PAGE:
TSA warns of hard-to-detect bombs

Homeland Security: Magazine story on bomb making prompts airport searches

JACKSONVILLE, Fla. - The Department of Homeland Security announced ramped up searches at U.S. airport Tuesday, although the measures actually began a few weeks ago, a government official told CNN on Tuesday.

The enhanced measures for airport security are in response to a recent article in Inspire Magazine -- published by Al-Qaeda in the Arabian Peninsula -- which described how to make bombs using household products.

The discovery of parts of a .22-caliber semi-automatic handgun packed in a PlayStation 2 is one of the Transportation Security Administration's latest checkpoint finds. The man who had the gun packed in his carry-on luggage was arrested December 17 on a weapons charge at New York's John F. Kennedy International Airport, the TSA said.

According to the official, the concern to aviation security stems from the threat of non-metallic IEDs only detectable by full body scanners, a technology that is not available at smaller airports, largely due to their cost.

The ramped up TSA measures include random passenger and luggage searches at the gate once passengers have gone through security checkpoint.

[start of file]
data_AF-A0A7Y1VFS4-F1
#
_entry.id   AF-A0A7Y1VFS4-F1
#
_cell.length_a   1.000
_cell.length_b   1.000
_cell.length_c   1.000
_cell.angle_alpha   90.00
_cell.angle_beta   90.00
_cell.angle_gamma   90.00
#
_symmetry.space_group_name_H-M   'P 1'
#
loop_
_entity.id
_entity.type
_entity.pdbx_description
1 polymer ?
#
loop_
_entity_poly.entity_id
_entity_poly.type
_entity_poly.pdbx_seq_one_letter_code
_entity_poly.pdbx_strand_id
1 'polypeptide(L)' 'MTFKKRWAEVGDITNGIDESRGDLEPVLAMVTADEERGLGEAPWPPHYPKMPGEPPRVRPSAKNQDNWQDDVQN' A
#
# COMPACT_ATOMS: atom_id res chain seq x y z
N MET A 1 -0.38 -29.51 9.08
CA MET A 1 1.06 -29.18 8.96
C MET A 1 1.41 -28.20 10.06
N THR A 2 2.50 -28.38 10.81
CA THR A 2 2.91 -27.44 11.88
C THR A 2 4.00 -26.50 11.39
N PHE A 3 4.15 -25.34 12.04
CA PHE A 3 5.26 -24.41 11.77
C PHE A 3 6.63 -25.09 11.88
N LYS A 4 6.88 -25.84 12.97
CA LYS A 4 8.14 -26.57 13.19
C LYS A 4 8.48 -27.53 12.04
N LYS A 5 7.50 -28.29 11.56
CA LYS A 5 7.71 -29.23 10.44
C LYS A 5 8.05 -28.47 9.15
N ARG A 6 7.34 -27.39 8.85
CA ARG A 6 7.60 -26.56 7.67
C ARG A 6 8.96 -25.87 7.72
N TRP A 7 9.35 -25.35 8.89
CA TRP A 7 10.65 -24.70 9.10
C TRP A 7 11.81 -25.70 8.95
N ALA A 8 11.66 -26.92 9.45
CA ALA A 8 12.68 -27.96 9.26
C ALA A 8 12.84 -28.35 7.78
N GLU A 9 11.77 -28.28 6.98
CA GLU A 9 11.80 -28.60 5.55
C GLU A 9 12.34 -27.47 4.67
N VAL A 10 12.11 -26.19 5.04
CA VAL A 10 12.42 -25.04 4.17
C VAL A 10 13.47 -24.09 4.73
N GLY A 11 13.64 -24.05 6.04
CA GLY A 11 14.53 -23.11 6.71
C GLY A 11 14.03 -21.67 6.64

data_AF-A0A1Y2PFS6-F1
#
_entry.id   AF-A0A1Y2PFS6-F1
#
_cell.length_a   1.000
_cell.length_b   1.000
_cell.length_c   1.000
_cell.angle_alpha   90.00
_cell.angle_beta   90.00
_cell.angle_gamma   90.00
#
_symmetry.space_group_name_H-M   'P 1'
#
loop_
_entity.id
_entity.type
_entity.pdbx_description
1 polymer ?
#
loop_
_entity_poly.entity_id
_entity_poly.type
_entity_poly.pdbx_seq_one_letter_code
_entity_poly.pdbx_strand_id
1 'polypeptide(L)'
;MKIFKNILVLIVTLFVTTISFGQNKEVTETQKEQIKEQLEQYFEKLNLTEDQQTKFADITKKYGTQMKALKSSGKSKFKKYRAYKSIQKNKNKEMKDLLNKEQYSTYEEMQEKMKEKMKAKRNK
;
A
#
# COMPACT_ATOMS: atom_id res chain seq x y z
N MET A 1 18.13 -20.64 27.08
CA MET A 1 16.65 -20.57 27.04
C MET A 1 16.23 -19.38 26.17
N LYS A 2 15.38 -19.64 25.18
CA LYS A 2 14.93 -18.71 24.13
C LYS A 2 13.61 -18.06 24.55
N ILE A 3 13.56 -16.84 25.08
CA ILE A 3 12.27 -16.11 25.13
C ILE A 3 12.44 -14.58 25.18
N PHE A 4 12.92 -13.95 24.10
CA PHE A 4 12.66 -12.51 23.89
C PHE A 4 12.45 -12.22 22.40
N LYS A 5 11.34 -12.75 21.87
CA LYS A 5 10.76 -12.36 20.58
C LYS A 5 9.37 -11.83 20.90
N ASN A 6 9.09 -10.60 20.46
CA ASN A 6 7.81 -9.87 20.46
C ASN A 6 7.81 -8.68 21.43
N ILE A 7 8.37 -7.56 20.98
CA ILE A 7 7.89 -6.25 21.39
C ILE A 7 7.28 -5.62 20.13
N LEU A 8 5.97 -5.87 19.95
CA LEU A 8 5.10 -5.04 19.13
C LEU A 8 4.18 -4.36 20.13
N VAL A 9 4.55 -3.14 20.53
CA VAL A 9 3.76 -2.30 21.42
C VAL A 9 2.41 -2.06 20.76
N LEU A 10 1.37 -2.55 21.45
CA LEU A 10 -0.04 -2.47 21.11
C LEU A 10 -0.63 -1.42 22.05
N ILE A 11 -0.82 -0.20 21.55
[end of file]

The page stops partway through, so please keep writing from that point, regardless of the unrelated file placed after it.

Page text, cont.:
Some travelers at Jacksonville International Airport were concerned about new threats, while others didn't notice that security was any tighter.

"I was scared, simply because you never know," said Pat Graske, who arrived from Charlotte. "I actually don't like to fly ... because sooner or later they're going to get something through."

"They're usually pretty tight," said Mike McConnachie, who had just arrived on a flight from Canada. "I travel quite a bit, but it didn't seem any different."

The heightened security come amid a renewed threat by ISIS telling followers to "rise up and kill officers, soldiers and civilians."

Greg DiFranza, who retired after years as part of the Jacksonville Sheriff's Office Homeland Security department, said big cities are not necessarily the only targets of terrorists.

"Yes, New York, Chicago, Washington and those other major metropolitan areas are big events if that were to happen," DiFranza said. "But it's the small town ... that would be easier targets for them than the big cities."

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